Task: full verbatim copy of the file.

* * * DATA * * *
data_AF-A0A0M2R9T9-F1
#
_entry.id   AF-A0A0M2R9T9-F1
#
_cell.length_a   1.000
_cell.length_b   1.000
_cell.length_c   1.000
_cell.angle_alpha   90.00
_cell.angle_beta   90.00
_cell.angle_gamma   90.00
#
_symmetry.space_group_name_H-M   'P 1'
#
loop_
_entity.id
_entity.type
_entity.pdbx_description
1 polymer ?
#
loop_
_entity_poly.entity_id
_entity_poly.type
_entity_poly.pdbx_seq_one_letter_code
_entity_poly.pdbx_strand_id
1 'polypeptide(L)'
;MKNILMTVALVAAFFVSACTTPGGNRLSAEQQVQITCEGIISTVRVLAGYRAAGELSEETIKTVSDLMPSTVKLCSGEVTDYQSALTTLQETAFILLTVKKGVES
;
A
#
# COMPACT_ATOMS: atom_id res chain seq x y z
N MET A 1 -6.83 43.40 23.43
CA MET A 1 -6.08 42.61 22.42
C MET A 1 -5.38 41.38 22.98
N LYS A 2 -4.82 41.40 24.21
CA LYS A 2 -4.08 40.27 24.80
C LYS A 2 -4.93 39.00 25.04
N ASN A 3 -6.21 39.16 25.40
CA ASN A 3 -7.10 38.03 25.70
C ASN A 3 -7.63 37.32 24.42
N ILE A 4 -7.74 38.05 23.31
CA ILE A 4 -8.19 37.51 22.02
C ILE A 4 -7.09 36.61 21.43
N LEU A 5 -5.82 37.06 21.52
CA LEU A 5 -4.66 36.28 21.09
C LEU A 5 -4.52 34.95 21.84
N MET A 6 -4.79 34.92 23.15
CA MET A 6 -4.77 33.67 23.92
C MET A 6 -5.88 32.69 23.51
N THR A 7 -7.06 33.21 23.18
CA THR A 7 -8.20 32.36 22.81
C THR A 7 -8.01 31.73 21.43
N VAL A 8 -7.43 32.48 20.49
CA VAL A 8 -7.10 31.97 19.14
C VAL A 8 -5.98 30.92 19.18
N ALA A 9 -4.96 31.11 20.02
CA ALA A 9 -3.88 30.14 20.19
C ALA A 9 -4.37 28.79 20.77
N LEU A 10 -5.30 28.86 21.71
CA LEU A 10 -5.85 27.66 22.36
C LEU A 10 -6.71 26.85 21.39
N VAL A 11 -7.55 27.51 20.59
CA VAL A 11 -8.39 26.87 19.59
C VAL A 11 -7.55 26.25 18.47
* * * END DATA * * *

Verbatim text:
data_AF-A0A0M2R9T9-F1
#
_entry.id   AF-A0A0M2R9T9-F1
#
_cell.length_a   1.000
_cell.length_b   1.000
_cell.length_c   1.000
_cell.angle_alpha   90.00
_cell.angle_beta   90.00
_cell.angle_gamma   90.00
#
_symmetry.space_group_name_H-M   'P 1'
#
loop_
_entity.id
_entity.type
_entity.pdbx_description
1 polymer ?
#
loop_
_entity_poly.entity_id
_entity_poly.type
_entity_poly.pdbx_seq_one_letter_code
_entity_poly.pdbx_strand_id
1 'polypeptide(L)'
;MKNILMTVALVAAFFVSACTTPGGNRLSAEQQVQITCEGIISTVRVLAGYRAAGELSEETIKTVSDLMPSTVKLCSGEVTDYQSALTTLQETAFILLTVKKGVES
;
A
#
# COMPACT_ATOMS: atom_id res chain seq x y z
N MET A 1 -6.83 43.40 23.43
CA MET A 1 -6.08 42.61 22.42
C MET A 1 -5.38 41.38 22.98
N LYS A 2 -4.82 41.40 24.21
CA LYS A 2 -4.08 40.27 24.80
C LYS A 2 -4.93 39.00 25.04
N ASN A 3 -6.21 39.16 25.40
CA ASN A 3 -7.10 38.03 25.70
C ASN A 3 -7.63 37.32 24.42
N ILE A 4 -7.74 38.05 23.31
CA ILE A 4 -8.19 37.51 22.02
C ILE A 4 -7.09 36.61 21.43
N LEU A 5 -5.82 37.06 21.52
CA LEU A 5 -4.66 36.28 21.09
C LEU A 5 -4.52 34.95 21.84
N MET A 6 -4.79 34.92 23.15
CA MET A 6 -4.77 33.67 23.92
C MET A 6 -5.88 32.69 23.51
N THR A 7 -7.06 33.21 23.18
CA THR A 7 -8.20 32.36 22.81
C THR A 7 -8.01 31.73 21.43
N VAL A 8 -7.43 32.48 20.49
CA VAL A 8 -7.10 31.97 19.14
C VAL A 8 -5.98 30.92 19.18
N ALA A 9 -4.96 31.11 20.02
CA ALA A 9 -3.88 30.14 20.19
C ALA A 9 -4.37 28.79 20.77
N LEU A 10 -5.30 28.86 21.71
CA LEU A 10 -5.85 27.66 22.36
C LEU A 10 -6.71 26.85 21.39
N VAL A 11 -7.55 27.51 20.59
CA VAL A 11 -8.39 26.87 19.59
C VAL A 11 -7.55 26.25 18.47